Driving down ag tech costs and building connectivity

Microsoft has a significant agriculture research side dedicated to reducing barriers for farmers

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Microsoft has put significant resources into agriculture, with the aim of reducing costs of sensor technology and finding inexpensive ways to increase data connections in fields.

Why it matters: Non-agriculture companies can bring new approaches and expertise to agriculture technology.

Ranveer Chandra, chief scientist of Microsoft Azure Global, leads the FarmBeats project for the company.

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Chandra, who has a doctorate in computer science from Cornell University, looks well beyond North America’s farmers when developing technology, but most of it is trialed in the United States and will be useful there.

There’s little question that precision agriculture can make farmers more efficient and reduce the use of expensive inputs that are harmful to the environment if over applied, says Chandra.

“It hasn’t taken off and the biggest reason is the cost,” he said during the recent Canada’s Digital Farm Show.

Chandra attended an agriculture expo recently at which companies talked about their agriculture technology solutions and the least expensive was $8000. For something data and sensor-based, farmers need to have an inexpensive entry point that can show them value.

Fewer moisture sensors are needed when algorithms can extrapolate moisture across a field.
photo: Ranveer Chandra

Chandra’s s not only talking about farmers who pay a lot for large equipment, but also small scale farmers in places like India where he was raised.

He’d spend time at his grandparents’ farm each year and hated it. There was no electricity and a lot of hard work. Farmers like those can’t afford thousands of dollars for sensor technology. But now, most of them have smart phones, so Microsoft is working on ways of inexpensively aggregating data and feeding it in useful ways to farmers’ smart phones.

There are several streams in Microsoft’s agriculture system.

One is looking at using TV signal white space to broadcast data signal.

Especially in rural areas, there aren’t that many television channels broadcasting. The excess signal space is available everywhere, including in the middle of fields.

One of the largest challenges with field-level sensors, such as moisture sensors, is to connect them to a data network. It’s difficult enough to get decent internet at a farm house, let alone in the middle of a field.

Twenty channels of white space can be half a gigabit of capacity, which is enough to stream video, drone images and data from sensors.

The use of wifi transmitted through TV signal white space is now legal in many countries including Canada, says Chandra.

If enough of the information can be moved from the field to the home or office computer, it will be a challenge to then move that information somewhere else, or into the computer cloud for analysis, with slow rural internet.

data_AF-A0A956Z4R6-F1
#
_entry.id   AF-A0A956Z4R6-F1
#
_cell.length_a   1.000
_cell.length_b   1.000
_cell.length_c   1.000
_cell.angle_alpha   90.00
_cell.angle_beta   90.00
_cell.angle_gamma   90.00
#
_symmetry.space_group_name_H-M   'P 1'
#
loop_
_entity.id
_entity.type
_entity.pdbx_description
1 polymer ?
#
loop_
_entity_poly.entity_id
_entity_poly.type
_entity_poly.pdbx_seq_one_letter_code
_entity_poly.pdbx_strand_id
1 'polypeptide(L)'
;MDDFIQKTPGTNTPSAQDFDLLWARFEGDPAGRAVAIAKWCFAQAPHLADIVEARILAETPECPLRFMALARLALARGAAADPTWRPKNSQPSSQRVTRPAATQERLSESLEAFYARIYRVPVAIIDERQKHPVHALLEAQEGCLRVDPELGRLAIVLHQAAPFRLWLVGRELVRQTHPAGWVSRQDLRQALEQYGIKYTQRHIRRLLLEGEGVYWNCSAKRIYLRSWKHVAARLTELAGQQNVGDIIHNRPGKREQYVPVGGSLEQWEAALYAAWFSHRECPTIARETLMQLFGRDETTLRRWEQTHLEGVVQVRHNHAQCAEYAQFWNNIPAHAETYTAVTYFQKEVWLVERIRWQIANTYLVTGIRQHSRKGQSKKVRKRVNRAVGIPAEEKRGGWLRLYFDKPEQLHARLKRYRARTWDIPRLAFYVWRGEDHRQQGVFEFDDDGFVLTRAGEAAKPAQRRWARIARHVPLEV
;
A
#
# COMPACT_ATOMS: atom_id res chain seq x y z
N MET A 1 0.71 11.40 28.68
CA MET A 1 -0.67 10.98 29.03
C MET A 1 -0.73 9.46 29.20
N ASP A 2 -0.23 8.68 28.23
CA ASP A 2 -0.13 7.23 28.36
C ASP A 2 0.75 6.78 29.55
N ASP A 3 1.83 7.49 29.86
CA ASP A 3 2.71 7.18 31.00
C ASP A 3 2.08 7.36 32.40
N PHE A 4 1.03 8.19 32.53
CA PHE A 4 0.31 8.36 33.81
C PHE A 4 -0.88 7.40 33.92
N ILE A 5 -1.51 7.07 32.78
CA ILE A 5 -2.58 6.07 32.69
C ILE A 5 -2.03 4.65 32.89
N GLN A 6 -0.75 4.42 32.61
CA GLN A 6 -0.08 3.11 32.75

That prompted Microsoft to develop a computer for processing data on a farm so there is less need for moving vast volumes into the cloud.

Cows can be tracked and the data processed locally in Microsoft’s Azure IoT Edge system.
photo: Ranveer Chandra

Only the processed and valuable data is then moved onto the internet for distribution to other devices, equipment and partners.

Microsoft calls its local processor the Azure IoT Edge. IoT stands for Internet of Things. The company’s platform is FarmBeats and Chandra says it is set up so that many potential sensors like those made by Pessl Instruments can seamlessly integrate data into the system. Other companies can build upon the FarmBeats system, says Chandra.

Moisture sensors are another example where there has been low adoption and Chandra says they suffer from a few problems. The first is that they are expensive when many need to be purchased to cover a larger acreage, especially because they need to be connected to have value.

Microsoft recently won awards for its Strobe technology, which uses wifi signals passing through soil to measure soil properties. Such technology would make soil sensors less expensive, he says.

The company has also used drones to create data to feed into artificial intelligence processing so fewer sensors are needed to create field-wide data.

Drones are well-used in North America, he says, but there are challenges in other countries including cost and the fact that the defence department controls drone approvals in some areas so civilians aren’t allowed to use them.

As a result, Microsoft floats balloons into the air with inexpensive cameras on them to collect data, which they call the Tethered Eye. The inexpensive helium balloons stay up for four to seven days and provide an option. One farmer at a farm Microsoft uses for testing near its Seattle headquarters uses the balloons to spot bears – which prefer red lettuce to green, so that bear control measures and harvest timing can be perfected.

Chandra says Microsoft understands that using more technology in agriculture will demand more people with those skills and so it is providing agriculture skills kits to schools, 4-H and Future Farmers of America groups to encourage more young people to choose agriculture as a career.

About the author

Editor

John Greig

John Greig has spent his career in agriculture journalism and communications. He lives on a farm near Ailsa Craig, Ontario. Contact John at [email protected] or follow him on Twitter @jgreig

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